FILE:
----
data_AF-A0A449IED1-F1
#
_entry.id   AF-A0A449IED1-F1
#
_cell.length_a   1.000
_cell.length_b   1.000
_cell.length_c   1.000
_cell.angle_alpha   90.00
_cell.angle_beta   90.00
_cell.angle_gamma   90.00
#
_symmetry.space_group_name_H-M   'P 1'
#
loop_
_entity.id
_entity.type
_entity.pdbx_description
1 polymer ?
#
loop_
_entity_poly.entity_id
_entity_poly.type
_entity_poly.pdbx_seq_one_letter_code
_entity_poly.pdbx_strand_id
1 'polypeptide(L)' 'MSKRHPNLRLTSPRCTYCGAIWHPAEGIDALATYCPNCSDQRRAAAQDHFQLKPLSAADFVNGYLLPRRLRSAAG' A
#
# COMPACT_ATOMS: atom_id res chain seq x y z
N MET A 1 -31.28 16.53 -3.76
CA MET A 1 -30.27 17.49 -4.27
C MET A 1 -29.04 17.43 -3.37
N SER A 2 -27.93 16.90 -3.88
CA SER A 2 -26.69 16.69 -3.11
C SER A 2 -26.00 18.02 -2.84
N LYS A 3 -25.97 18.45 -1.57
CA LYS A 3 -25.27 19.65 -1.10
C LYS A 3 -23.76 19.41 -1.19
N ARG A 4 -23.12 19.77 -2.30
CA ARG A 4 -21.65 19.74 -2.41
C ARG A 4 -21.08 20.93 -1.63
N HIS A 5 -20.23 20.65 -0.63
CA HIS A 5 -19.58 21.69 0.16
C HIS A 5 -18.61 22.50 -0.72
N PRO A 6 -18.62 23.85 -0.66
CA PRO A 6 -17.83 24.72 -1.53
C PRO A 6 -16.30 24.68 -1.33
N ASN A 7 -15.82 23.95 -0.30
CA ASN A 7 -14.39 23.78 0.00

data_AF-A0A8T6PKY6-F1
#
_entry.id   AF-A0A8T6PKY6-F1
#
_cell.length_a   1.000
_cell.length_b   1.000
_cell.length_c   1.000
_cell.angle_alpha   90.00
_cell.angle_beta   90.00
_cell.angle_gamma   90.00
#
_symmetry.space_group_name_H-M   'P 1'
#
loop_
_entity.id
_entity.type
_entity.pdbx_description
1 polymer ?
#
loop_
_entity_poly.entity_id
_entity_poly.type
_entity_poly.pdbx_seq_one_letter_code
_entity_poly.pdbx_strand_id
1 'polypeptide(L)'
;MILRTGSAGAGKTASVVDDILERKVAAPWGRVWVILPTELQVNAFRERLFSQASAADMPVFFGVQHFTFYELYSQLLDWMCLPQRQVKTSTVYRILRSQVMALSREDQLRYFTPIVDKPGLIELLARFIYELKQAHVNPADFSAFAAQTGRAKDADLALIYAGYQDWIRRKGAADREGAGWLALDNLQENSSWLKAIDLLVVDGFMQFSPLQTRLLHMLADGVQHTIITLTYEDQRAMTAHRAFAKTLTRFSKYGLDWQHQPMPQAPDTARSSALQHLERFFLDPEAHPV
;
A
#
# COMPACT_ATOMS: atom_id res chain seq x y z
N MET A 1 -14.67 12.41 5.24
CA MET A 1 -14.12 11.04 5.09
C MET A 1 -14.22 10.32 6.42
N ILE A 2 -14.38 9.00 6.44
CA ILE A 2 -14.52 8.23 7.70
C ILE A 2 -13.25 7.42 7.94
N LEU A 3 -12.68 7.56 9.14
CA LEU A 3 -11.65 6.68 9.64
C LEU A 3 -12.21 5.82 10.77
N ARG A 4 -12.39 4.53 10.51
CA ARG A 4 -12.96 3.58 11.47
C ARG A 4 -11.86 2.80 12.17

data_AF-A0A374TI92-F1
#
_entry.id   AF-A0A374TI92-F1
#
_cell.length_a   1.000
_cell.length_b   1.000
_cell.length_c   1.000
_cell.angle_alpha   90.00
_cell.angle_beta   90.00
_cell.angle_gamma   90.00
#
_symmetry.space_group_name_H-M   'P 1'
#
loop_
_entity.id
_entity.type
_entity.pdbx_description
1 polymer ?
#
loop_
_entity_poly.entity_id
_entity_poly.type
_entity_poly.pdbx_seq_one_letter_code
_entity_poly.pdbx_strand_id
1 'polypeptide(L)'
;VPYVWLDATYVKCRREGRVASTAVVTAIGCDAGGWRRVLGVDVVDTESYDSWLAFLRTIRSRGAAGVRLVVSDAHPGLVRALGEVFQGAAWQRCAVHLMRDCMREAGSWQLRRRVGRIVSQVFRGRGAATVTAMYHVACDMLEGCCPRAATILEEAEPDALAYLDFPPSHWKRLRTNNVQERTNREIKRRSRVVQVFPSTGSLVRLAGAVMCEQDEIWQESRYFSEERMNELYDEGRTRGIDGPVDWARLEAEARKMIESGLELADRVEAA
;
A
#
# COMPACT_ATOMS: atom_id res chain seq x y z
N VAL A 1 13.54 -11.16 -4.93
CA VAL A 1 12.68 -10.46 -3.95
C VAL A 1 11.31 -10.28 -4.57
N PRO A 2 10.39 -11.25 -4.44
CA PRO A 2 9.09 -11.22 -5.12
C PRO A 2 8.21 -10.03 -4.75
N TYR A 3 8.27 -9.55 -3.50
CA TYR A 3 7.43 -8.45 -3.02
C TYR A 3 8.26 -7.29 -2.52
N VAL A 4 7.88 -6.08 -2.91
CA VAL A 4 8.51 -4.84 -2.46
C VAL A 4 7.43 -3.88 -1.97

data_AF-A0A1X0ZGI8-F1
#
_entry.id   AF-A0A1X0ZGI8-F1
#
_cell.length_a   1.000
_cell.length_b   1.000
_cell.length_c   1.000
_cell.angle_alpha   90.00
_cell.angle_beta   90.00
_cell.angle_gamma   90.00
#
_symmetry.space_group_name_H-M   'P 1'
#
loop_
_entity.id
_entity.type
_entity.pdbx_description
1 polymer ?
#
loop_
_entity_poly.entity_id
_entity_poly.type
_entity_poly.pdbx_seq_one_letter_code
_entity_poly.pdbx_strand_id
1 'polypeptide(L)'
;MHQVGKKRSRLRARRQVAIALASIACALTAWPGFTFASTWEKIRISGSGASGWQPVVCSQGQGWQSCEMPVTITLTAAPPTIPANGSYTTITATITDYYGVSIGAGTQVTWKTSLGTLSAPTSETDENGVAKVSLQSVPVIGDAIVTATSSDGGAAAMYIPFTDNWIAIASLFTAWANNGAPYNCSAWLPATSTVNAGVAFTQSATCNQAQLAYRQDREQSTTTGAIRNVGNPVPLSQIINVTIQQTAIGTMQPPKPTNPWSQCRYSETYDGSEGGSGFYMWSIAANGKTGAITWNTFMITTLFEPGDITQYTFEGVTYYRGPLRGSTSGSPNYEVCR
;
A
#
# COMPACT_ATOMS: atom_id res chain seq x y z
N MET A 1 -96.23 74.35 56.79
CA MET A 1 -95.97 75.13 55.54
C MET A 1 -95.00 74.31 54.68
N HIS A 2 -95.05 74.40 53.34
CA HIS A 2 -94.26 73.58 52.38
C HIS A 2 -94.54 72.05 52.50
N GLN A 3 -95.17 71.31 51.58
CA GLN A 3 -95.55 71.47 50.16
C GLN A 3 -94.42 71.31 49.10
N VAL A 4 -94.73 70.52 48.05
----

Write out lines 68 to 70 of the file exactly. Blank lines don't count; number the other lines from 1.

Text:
_entity_poly.entity_id
_entity_poly.type
_entity_poly.pdbx_seq_one_letter_code